In March 1952, he visited Jackson Pollock’s first French solo exhibition, also in Paris. Pollock’s radical break with academic painting was of major significance to Zangs. And Pollock was one of the most authentic individuals of the time, which must have had a great appeal.
Herbert Zangs himself also experimented with a technique inspired by Pollock’s drippings. In 1956, at the “Frühjahrssalon” (Spring Salon) of the Frankfurt Zimmergalerie Franck, Zangs exhibited one of his monochrome-white relief-paintings for the very first time. These works, created by pouring hot liquids on supports, were indisputably influenced by Pollock and the French Informel, but nevertheless typically “Zangs” in execution and atmosphere.
Postwar Germany: ground Zero
When Herbert Zangs enrolled as a first-year student at the Düsseldorf State Art Academy in the fall of 1945, teachers and students were still among the remnants of an unfinished past, in a literal and figurative sense. The academy, mostly destroyed by bombing during the last months of the war, lacked basic facilities, materials and a young and visionary teaching corps that was familiar with international developments in the arts.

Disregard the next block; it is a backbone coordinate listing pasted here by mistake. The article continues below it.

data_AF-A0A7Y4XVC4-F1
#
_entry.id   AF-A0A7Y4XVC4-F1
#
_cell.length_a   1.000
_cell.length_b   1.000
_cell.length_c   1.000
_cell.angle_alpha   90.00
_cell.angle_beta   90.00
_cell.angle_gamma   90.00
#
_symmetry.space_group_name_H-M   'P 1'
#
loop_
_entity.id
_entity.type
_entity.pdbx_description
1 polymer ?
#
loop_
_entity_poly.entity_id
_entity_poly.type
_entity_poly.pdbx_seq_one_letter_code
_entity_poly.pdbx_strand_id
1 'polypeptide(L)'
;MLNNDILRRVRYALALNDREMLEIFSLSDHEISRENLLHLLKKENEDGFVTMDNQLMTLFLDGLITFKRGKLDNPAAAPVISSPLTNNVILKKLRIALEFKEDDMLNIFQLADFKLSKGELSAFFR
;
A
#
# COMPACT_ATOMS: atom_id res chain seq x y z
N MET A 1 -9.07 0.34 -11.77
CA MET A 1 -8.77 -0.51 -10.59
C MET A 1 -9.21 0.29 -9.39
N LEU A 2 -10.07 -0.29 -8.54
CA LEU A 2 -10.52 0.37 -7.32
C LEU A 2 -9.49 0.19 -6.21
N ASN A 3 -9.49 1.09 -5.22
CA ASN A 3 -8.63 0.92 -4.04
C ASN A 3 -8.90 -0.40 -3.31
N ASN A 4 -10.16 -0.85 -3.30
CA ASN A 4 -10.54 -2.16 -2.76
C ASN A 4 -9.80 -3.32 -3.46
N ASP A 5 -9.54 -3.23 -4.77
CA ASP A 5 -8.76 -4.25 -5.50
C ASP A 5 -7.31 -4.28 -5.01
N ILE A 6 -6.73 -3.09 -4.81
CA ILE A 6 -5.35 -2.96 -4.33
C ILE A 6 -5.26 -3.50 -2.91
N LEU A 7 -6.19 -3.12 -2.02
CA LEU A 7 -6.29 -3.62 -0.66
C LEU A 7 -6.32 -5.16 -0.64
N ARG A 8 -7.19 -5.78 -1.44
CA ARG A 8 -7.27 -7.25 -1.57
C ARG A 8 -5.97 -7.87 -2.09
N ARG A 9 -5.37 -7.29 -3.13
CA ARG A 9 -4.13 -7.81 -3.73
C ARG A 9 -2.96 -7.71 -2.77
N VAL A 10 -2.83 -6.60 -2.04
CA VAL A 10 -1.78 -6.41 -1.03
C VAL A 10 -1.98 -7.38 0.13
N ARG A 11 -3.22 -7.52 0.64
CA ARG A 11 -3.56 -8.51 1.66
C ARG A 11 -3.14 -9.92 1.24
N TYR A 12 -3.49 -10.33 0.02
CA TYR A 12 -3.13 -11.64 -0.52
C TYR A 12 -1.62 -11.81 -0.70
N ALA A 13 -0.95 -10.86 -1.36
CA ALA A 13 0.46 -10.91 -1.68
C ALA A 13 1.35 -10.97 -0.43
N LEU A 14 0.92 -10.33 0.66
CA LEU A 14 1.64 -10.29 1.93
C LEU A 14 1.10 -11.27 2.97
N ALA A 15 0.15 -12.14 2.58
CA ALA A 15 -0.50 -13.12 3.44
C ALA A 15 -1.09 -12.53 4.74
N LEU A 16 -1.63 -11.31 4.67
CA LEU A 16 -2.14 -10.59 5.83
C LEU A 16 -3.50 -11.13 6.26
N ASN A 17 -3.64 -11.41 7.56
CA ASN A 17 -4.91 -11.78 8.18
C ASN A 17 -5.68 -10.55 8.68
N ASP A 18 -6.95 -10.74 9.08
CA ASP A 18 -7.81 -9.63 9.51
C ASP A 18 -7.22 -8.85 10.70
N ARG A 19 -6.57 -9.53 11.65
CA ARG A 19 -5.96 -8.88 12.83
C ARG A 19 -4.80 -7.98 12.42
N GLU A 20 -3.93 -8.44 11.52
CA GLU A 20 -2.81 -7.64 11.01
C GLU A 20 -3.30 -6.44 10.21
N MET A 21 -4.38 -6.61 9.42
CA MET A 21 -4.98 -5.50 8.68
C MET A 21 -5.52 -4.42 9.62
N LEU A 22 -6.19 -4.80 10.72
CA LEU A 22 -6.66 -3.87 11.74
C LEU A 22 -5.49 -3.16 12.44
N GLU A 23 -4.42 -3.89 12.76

German cultural life of the immediate post-war years was deeply affected by an overwhelming sense of loss. Art works were evacuated from museums or had disappeared, so we could say that important reference points, the pre-war avant-gardes, had vanished from sight.
Being a young art student after years of cultural deprivation meant experiencing the first confrontations with abstraction, pronounced positions of supporters and opponents and perhaps most of all, the awareness of an “old” and a “new” art, caused by the ceasure of the war. Zangs hungered for freedom, change and new experiences. And yet, his work has always mirrored his academic start, the lessons learned at the Düsseldorf art academy. Zangs had a very strong sense of composition, and that has remained a recurring element throughout the years. Well-considered is the right word. Hardly anything was coincidental with Zangs.